How To Use Franchising To Get A U.S. Green Card

Foreign investors who want to move to the USA are taking advantage of the Immigrant Investor Program administered by the U.S. Citizenship and Immigration Services (USCIS). Applications are rising rapidly due to favorable changes in the program, and in part due to franchising.

Known as EB-5, the program was created to stimulate the U.S. economy through job creation and capital investment. Here’s how it works:

How the EB5 program works
A qualified foreigner invests $500,000 directly into a business, or into a regional fund that invests in businesses, including franchises of all types. If the investment creates at least 10 full-time jobs for at least two years, the investor gets a green card and eventually U.S. citizenship.

Foreign investors are using EB-5 to move their families to the USA, or to send their children to the USA to study. A married investor gets visas for himself, his spouse, and all unmarried children under the age of 21.

Franchisors favor foreign operators
Foreigners operate many franchised businesses in the USA, and franchisors welcome them because they are enthusiastic about learning a successful operating system that they and their family members can operate. However, EB-5 does not require investors to actually work in a business. As long as they fulfill the requirements of EB-5, the investors can live wherever they choose, start their own business, take a job, or retire in the USA!

As with any bureaucratic program, EB-5 takes time to complete. Investors must prove their money came from a lawful source, and must also pass the scrutiny of U.S. immigration investors. The entire process may require a year before the investor and family can move to the USA.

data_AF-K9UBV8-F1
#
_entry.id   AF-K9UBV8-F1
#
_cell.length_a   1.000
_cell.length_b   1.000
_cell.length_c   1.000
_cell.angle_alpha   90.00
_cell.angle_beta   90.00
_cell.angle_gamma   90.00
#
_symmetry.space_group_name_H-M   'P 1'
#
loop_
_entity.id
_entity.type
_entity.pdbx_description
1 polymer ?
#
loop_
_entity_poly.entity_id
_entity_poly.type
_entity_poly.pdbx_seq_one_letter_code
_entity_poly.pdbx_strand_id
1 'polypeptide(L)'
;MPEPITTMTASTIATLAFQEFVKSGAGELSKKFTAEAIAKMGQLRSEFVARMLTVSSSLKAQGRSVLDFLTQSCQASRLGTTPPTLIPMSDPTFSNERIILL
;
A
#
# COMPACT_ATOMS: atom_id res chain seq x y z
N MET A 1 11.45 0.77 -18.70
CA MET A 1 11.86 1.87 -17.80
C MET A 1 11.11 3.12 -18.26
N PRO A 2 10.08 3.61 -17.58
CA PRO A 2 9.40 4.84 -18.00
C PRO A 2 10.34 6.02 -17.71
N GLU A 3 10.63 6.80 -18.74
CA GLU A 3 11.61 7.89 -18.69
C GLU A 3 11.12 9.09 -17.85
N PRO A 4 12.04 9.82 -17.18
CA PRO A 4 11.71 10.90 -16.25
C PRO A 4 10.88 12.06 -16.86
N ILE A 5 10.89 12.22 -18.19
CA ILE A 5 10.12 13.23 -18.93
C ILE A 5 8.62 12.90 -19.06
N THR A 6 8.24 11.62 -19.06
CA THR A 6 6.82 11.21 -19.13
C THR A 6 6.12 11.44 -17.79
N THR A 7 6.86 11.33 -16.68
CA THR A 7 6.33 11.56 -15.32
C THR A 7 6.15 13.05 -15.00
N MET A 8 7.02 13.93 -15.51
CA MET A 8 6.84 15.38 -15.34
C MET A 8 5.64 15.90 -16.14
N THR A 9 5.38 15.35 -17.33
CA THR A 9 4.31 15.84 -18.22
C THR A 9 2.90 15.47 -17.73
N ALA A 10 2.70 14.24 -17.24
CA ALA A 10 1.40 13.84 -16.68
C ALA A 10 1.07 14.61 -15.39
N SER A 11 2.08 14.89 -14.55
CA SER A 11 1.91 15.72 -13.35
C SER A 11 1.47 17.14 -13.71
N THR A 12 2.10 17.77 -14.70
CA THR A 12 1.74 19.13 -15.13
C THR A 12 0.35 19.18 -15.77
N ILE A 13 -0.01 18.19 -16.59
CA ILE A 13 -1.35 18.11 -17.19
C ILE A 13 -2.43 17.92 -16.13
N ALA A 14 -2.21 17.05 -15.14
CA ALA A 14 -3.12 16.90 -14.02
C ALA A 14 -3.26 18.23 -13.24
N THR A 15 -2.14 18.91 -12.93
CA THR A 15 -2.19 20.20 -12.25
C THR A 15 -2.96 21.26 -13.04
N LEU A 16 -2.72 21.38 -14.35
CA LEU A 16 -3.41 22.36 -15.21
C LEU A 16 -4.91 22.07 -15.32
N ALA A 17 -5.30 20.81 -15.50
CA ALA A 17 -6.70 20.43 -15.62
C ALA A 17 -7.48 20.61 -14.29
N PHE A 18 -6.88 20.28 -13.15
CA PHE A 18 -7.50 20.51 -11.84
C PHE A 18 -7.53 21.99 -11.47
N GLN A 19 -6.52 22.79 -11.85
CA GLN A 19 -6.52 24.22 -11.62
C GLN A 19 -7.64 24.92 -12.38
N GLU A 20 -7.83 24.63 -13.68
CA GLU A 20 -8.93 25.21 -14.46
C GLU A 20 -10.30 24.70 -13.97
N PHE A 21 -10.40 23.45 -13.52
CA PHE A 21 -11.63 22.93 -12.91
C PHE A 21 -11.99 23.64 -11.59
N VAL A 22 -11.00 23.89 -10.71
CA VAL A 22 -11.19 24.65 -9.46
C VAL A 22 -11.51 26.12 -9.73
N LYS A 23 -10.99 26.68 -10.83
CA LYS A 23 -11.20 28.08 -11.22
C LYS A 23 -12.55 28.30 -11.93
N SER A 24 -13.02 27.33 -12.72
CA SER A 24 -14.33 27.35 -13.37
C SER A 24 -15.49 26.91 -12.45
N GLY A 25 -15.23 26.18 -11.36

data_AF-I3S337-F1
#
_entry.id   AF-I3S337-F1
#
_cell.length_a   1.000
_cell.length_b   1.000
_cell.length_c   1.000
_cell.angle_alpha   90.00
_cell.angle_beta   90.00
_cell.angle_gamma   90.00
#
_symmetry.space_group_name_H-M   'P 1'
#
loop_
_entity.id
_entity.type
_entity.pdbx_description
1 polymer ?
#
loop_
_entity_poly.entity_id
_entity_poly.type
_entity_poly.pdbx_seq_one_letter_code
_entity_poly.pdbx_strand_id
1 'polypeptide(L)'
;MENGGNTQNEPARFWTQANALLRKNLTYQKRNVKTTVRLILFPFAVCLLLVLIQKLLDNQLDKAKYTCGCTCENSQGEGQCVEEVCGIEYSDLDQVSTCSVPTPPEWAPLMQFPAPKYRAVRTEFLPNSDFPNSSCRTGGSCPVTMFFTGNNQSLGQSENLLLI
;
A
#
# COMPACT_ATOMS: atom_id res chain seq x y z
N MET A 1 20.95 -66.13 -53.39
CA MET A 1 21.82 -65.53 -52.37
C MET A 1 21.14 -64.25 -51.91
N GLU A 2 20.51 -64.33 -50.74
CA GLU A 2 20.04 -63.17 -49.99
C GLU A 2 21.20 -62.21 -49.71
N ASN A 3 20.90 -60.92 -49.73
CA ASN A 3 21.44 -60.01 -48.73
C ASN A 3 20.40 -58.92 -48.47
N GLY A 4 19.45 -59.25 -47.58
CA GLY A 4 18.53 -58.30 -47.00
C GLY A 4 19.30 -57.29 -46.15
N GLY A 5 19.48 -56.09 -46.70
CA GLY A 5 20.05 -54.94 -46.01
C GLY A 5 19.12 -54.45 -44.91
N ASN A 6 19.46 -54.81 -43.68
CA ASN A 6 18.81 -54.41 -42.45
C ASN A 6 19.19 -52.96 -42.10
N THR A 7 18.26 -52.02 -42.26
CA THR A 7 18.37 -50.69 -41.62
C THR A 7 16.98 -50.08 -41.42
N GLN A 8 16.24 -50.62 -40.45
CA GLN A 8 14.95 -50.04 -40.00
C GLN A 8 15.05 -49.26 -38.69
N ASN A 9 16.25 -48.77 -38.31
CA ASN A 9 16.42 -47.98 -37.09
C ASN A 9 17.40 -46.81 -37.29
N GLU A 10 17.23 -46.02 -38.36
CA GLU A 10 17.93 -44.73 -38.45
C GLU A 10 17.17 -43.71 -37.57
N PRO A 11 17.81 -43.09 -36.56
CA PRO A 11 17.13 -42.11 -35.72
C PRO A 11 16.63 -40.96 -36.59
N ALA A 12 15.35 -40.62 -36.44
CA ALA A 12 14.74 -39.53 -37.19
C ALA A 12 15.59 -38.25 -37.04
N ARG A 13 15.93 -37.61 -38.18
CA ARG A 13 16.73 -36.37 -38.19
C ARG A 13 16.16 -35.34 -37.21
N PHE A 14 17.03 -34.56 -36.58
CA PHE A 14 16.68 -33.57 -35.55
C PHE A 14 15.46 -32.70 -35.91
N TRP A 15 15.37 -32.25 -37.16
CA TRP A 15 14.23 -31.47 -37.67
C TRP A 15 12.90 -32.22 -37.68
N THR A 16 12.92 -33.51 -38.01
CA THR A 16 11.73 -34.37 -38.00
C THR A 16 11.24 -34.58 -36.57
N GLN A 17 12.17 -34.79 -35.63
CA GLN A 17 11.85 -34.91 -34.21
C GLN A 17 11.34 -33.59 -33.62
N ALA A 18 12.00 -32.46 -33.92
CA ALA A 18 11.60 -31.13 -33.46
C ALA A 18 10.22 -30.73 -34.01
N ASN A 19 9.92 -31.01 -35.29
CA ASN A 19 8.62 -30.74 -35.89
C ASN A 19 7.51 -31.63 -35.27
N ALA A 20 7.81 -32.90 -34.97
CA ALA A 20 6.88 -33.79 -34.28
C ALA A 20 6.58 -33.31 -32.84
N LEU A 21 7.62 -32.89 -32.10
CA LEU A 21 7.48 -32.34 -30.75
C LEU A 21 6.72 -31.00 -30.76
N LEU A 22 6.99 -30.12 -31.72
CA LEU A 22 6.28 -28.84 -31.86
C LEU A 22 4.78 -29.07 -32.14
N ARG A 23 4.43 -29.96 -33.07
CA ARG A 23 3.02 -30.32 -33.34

Direct and in-direct jobs count
Until recently, most EB-5 investors preferred real estate projects, but many of those investments failed to meet the job requirements. Franchising, on the other hand, is a much better choice. An injection of $500,000 invested into certain franchised businesses can create upwards of 40 jobs. Consider, for example, a convenience store franchise. The franchise itself may need only 4 to 6 employees, but indirect jobs also count. A convenience store sells food and beverages and indirectly creates jobs to provide those products. Those indirect jobs count.

Franchisors are unaware of EB-5
“Many franchise networks include multi-unit operators who seek expansion capital, and sometimes partners, to open a dozen or more units, or to expand into a new territory,” explains Dr. John Hayes, who has written about the EB-5 program and helps franchisors and investors understand the opportunities. “However, most franchisors don’t know this program exists, so their multi-unit operators do not know, either. It’s time they discovered the opportunities.” Hayes provides information about EB-5 at

Timing is everything, and in the case of EB-5 and franchising, now is the time. The program is up for review in 2015 and it’s anticipated that the investment will be increased to $850,000 or even $1-million.

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